Apart from staff salaries, Sarwar says, the unit-holders have had to pay for tons of other liabilities since the 2019 crippling summer when the trade activities nosedived in the valley.
“While our businesses have badly suffered in last three years,” the financial secretary continues, “the dues towards the government and our suppliers have to be paid, no matter what.”
Dealing with the same stark financial abyss now, Sheikh Amjad, another distressed unit-holder in Lassipora says he had started his PVC tube manufacturing plant in 2017 with great hopes. With a family of eight to fend for, he had mortgaged his ancestral property and acquired a couple of loans for establishing his plant.
But now, he’s barely able to make ends meet.
Determined to provide his two kids with the best kind of education that he couldn’t have, he had enrolled them in one of the prestigious schools of the valley. But come 2019, and the entire situation in the former state took a turn, for the worse, and so did Amjad’s fortunes.
Amid reminiscent sobs, Amjad says, “The situation got so appalling for me and my family that I had to pull my kids out of their school and get them admitted to one in our locality.”
The whole point of the abrogation of Article 370 was to lead the valley towards unprecedented development, he says: “But we know what’s happening on the ground. Where’re we supposed to go now? Who’re we supposed to call on now to get us out of this misery and misfortune that has been forcefully brought upon us?”
After losing its semiautonomous status, J&K economy has come down to minus 8 per cent, Amjad says: “Lassipora industrial area also suffers from that loss. After 2019, as many as 90 per cent of the establishments here have been under stress, and as many as 30 per cent of those had to shut shop because of high liabilities and their inability to cope with them.”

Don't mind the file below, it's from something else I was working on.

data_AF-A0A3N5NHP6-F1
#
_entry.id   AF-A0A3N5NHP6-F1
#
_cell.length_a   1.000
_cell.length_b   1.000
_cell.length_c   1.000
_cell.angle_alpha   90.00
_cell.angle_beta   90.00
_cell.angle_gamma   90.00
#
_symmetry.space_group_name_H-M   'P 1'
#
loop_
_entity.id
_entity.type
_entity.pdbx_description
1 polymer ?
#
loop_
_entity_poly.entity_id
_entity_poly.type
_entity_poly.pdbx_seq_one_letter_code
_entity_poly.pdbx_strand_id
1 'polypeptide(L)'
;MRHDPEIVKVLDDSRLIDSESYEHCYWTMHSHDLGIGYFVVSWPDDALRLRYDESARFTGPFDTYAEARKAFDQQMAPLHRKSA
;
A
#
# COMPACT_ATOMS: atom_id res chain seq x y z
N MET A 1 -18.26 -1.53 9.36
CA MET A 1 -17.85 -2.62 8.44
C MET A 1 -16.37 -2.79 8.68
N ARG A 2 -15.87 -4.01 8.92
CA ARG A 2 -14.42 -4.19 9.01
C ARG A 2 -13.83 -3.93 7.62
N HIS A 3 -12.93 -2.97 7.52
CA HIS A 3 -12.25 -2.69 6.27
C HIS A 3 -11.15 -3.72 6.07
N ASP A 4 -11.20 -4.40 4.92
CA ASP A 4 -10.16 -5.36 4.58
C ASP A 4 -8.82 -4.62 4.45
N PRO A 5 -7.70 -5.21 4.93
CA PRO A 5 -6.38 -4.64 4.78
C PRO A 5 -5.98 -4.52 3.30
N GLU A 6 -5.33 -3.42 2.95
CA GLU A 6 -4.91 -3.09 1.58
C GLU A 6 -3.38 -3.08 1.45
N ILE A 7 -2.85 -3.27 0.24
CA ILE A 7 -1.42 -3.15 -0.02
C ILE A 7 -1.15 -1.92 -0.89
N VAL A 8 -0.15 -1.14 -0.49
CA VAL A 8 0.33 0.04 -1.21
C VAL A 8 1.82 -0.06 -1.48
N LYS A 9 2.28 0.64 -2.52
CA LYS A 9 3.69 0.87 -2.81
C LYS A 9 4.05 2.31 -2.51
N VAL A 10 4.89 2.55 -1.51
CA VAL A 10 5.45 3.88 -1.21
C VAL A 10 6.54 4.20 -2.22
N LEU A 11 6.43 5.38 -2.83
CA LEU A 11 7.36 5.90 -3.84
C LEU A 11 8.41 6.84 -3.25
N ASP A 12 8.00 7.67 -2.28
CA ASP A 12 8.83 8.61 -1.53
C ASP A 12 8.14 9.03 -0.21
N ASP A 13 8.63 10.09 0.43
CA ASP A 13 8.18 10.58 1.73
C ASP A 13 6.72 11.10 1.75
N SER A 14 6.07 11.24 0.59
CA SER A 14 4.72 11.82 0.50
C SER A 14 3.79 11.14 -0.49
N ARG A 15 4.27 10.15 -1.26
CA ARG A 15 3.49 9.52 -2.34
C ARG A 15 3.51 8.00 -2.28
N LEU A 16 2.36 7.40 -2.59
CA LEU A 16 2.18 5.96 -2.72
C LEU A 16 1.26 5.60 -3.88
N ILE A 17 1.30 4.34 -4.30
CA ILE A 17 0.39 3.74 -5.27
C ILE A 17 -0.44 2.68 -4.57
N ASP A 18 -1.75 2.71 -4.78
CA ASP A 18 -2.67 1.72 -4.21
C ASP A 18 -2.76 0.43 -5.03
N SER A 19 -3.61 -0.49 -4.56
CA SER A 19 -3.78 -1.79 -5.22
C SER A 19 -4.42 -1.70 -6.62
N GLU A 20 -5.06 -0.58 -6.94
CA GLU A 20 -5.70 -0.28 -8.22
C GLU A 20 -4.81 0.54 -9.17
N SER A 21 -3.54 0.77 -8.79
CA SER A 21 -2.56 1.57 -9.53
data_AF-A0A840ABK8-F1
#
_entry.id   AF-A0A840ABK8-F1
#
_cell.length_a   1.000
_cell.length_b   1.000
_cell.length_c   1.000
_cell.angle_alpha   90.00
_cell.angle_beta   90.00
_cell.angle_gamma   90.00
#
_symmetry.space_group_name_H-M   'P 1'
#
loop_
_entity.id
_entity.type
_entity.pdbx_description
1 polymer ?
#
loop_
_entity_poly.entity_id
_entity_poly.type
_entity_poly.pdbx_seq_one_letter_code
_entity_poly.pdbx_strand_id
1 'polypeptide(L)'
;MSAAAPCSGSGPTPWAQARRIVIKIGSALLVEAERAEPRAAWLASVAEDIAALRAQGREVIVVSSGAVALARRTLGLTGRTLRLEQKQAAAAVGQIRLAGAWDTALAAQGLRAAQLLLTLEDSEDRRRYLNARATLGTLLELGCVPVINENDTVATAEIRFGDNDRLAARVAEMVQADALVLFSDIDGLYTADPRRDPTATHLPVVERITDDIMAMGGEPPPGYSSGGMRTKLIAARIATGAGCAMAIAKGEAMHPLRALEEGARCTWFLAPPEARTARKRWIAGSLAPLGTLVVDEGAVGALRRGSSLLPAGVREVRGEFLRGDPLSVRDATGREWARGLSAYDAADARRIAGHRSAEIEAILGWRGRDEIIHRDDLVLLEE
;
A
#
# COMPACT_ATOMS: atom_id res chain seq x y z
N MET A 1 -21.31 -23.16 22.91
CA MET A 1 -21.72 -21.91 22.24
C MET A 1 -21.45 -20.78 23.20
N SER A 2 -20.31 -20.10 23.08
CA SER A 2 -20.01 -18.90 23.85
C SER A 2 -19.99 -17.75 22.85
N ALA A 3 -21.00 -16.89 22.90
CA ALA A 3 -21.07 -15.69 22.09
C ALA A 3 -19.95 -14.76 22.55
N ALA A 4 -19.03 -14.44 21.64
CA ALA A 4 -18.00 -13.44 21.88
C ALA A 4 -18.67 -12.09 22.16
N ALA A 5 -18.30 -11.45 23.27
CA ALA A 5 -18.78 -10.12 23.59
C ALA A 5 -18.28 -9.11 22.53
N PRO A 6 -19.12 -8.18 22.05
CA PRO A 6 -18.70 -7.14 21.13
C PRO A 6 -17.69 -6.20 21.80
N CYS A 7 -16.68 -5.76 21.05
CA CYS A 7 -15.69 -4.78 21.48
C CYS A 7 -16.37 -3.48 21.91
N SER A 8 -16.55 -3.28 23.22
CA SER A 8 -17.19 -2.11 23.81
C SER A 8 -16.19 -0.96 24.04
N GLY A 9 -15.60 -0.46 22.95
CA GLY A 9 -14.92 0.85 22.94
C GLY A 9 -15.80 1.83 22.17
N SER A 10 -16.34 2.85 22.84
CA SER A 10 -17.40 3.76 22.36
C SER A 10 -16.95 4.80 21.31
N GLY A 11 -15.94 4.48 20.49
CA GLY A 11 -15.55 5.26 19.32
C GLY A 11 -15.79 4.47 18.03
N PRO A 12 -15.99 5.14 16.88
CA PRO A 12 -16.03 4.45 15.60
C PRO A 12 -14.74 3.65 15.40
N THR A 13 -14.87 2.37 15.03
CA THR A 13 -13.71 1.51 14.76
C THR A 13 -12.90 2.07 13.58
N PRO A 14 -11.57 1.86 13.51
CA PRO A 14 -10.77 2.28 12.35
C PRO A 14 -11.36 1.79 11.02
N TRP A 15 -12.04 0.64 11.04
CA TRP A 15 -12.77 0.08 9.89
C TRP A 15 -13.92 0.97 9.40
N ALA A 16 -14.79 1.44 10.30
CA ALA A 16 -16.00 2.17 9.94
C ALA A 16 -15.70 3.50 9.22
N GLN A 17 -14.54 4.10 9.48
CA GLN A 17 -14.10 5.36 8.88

The rules and laws of declaring recession state that if an economy has had a negative growth rate for two consecutive years, it’s to be declared in a state of recession, Amjad argues.
“J&K has had negative growth for more than two years now, but nobody bats an eye,” he wonders. “It will take us more than five years to recover from the losses incurred during the consecutive lockdowns if the situation remains feasible enough to operate our plants and businesses.”
The Federation Chamber of Industries Kashmir (FCIK) has been trying to get a bailout package for the industries sector in J&K, but so far, Amjad says, “we are yet to see anything concrete happening on the part of the central and regional government. We have a higher rate of unemployment here in J&K as compared to other states and union territories of the country. The ease of doing business is even worse.”
As the rate of unemployment has surpassed the national average by several notches in the erstwhile state, Abid Shah, the unit-holder in Lassipora, fears for his and his family’s future.
“Our future is being undone and unravelled right in front of us,” he laments. “We’ve become the wretched and helpless bystanders — the onlookers to our destruction.”